I’ll never forget when we announced to our colleagues and friends that we were leaving our jobs in the city to move to my husband’s family farm.
We were stressed out and overworked, and at the pace we were running, we knew our family would eventually pay the price if we didn’t make a change. When I told my boss we were starting over, his jaw dropped so low it could have won a limbo competition. Co-workers chided us, saying we were throwing away our potential. Friends begged us to stay. True enough, we had respectable and exciting careers, along with built-in fun every Saturday night.
But we stuck a for sale sign in the yard, packed up a moving truck, and waved goodbye to a life that – for a while – had seemed like everything we’d dreamed of.
There were so many times in those first few months of starting over when I asked myself, “What if they were right? What if we’re making a mistake?”
It took me a lot of years to ask another question: “What if they were wrong?” Because they weren’t paying the price of burnout and stress. We were.
Here’s what I wish that someone would have told me back then:
You have permission to start over.
No matter how much pushback you get for leaving a good thing behind.
No matter how much time and money you invested in the life that is now dragging you down.
You have permission to start over.
There’s a lot of cultural resistance to starting over. The belief that you’re too old to begin again. That you’ll fall behind if you go back to square one. That you’re a “loser” if you throw in the towel.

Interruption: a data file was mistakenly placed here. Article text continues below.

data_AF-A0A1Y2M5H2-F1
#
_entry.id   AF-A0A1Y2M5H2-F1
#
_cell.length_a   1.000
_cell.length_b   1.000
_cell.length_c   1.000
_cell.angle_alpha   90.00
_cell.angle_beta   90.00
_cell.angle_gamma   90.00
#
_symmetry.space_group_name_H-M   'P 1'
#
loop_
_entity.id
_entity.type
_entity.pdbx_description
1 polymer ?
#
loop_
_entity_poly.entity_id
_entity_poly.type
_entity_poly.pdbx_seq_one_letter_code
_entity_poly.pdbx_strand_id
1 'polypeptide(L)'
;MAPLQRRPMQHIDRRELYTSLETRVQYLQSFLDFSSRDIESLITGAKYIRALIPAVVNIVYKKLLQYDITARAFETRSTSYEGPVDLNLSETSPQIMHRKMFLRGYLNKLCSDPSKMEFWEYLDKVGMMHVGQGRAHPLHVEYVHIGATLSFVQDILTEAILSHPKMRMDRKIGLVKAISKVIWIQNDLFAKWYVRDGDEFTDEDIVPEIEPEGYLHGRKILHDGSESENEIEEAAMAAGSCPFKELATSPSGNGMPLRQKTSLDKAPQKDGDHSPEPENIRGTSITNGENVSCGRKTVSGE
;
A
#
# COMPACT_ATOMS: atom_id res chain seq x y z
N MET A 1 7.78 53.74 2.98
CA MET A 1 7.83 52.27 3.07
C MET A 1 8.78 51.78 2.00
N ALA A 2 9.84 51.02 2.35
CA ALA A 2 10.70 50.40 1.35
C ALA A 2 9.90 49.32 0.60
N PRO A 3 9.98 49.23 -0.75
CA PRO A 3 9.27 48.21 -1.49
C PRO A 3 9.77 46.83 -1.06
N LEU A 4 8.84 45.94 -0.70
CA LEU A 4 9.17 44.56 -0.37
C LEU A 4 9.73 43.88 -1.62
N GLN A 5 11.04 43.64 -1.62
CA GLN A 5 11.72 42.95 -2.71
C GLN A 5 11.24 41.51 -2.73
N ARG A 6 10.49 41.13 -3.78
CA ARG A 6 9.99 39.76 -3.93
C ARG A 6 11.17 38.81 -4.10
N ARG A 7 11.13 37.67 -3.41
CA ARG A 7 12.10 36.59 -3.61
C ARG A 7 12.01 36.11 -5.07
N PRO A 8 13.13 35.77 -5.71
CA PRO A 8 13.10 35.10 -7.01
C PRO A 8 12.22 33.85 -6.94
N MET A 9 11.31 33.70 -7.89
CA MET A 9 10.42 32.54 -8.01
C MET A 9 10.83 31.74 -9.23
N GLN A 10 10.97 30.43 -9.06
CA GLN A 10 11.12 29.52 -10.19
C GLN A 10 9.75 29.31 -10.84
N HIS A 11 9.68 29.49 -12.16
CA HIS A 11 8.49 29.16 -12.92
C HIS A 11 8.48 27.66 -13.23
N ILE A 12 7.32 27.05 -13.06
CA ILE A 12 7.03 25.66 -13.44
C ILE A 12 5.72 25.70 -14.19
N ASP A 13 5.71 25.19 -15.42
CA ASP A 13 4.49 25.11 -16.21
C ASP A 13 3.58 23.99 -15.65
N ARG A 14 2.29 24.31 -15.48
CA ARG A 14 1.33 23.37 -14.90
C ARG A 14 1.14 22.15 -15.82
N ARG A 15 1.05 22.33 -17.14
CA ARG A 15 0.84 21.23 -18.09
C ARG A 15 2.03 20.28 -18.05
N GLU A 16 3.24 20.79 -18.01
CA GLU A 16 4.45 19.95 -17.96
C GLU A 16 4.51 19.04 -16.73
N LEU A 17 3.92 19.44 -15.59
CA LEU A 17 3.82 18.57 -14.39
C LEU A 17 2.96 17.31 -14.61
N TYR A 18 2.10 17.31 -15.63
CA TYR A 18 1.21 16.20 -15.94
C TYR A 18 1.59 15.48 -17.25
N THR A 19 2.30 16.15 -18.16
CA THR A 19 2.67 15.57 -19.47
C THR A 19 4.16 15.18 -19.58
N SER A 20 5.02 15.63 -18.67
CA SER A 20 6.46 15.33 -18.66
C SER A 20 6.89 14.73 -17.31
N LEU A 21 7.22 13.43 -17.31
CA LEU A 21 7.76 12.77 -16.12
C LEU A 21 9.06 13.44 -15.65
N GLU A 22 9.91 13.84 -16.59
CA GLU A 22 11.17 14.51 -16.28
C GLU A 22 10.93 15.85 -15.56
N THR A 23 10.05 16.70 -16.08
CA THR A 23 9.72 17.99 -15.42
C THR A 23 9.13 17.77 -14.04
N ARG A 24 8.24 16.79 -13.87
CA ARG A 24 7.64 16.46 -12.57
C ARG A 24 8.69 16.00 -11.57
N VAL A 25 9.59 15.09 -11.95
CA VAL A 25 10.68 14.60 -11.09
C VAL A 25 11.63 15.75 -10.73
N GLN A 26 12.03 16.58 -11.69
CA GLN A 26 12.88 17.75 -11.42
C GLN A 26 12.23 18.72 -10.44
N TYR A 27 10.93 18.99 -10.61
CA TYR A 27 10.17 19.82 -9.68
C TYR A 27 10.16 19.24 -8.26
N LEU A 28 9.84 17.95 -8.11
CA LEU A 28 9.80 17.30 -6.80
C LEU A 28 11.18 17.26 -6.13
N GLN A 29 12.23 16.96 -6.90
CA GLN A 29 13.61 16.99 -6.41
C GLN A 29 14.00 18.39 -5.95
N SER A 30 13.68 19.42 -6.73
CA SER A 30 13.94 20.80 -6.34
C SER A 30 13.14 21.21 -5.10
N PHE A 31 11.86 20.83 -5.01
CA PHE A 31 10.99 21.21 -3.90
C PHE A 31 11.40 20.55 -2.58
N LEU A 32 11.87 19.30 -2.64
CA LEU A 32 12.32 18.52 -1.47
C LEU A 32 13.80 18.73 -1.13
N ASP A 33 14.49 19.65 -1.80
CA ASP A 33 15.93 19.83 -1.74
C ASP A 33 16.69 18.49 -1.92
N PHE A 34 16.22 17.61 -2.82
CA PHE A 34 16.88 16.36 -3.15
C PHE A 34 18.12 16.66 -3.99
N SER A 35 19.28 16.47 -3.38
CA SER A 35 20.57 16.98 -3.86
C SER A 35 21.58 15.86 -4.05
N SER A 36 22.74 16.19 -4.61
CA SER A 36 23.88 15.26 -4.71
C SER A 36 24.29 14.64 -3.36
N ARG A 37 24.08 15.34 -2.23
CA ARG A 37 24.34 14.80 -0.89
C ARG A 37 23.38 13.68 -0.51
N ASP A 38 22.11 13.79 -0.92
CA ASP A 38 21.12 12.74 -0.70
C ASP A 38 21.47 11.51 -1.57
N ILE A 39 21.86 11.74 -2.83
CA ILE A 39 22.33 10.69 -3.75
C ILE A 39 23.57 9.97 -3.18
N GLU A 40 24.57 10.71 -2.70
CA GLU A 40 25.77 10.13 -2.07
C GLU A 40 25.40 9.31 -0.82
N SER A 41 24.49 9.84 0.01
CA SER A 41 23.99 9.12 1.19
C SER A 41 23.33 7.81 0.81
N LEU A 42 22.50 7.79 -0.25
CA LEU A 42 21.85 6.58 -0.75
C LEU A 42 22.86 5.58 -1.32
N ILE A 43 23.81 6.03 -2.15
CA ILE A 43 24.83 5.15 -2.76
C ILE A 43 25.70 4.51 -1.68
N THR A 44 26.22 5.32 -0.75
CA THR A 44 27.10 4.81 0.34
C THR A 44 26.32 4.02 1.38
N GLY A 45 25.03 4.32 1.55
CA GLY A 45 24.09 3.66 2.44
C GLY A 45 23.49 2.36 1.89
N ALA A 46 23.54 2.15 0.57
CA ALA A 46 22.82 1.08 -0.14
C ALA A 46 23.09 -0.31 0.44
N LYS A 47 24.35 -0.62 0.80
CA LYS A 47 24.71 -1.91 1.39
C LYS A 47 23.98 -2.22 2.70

It took me a long time to realize that starting over isn’t for losers. It’s for winners. Real winners know when to begin again. Real winners know when to walk away from something that isn’t working and move toward a clean slate. Real winners aren’t afraid to start over in a new career, a new health program, a new relationship, or a new friend group.
Do you need permission to start over? Here’s your permission slip.
Think now of Jesus’ early disciples and followers. You could say they got permission slips, straight from Jesus, to start over. But it couldn’t have been easy. They dropped their nets, left the security of family, walked away from decent jobs, and more, to follow Jesus.
I can almost see the question marks forming in the eyes of their parents, neighbors, and co-workers. I can almost imagine their chiding:
Really? But you are making a decent living.
But, son, this is your home.
But you have so much potential.
They started over anyway. And they ended up serving God’s Son because of it.
You can start over too, if God is calling you to it.
It’s actually okay to start over. In fact, it’s healthy to think through when or where you need to begin again.
Let’s normalize starting over. Let’s normalize self-advocacy. Let’s normalize boundaries. Starting over doesn’t mean giving up; it means prioritizing what truly matters.
Here’s a roadmap for starting over:
1 – Listen to your body. She’s telling you a story with the way she sleeps, eats, worries, trembles, aches.
2 – Listen to your soul. What is your soul sensing, way down deep where the Holy Spirit speaks?
3 – Listen to God’s Word. How does Scripture align with where you are in this season?
4 – Listen to trusted mentors and friends. Ask them to tell you what they see.
Isaiah 43:19 reminds us that God embraces new beginnings. “For I am about to do something new. See, I have already begun! Do you not see it?”
All these years later, I look back to see the fruit that has come about as a result of stepping into our “something new.” It wasn’t always smooth sailing, especially in the beginning, but I can say now, with deep gratitude, that God did abundantly more than we could have imagined.
It started with that scary first step of saying, “Let’s start over.”
The same is true for you. May you summon the courage within you, and around you, to take that first step into your “something new.” May you know whether it’s time to stay, or time to start over — bravely brand new — with Jesus.
Check out Jennifer’s groundbreaking guided journal, Stuff I’d Only Tell God, if you need help processing your past and imagining new beginnings.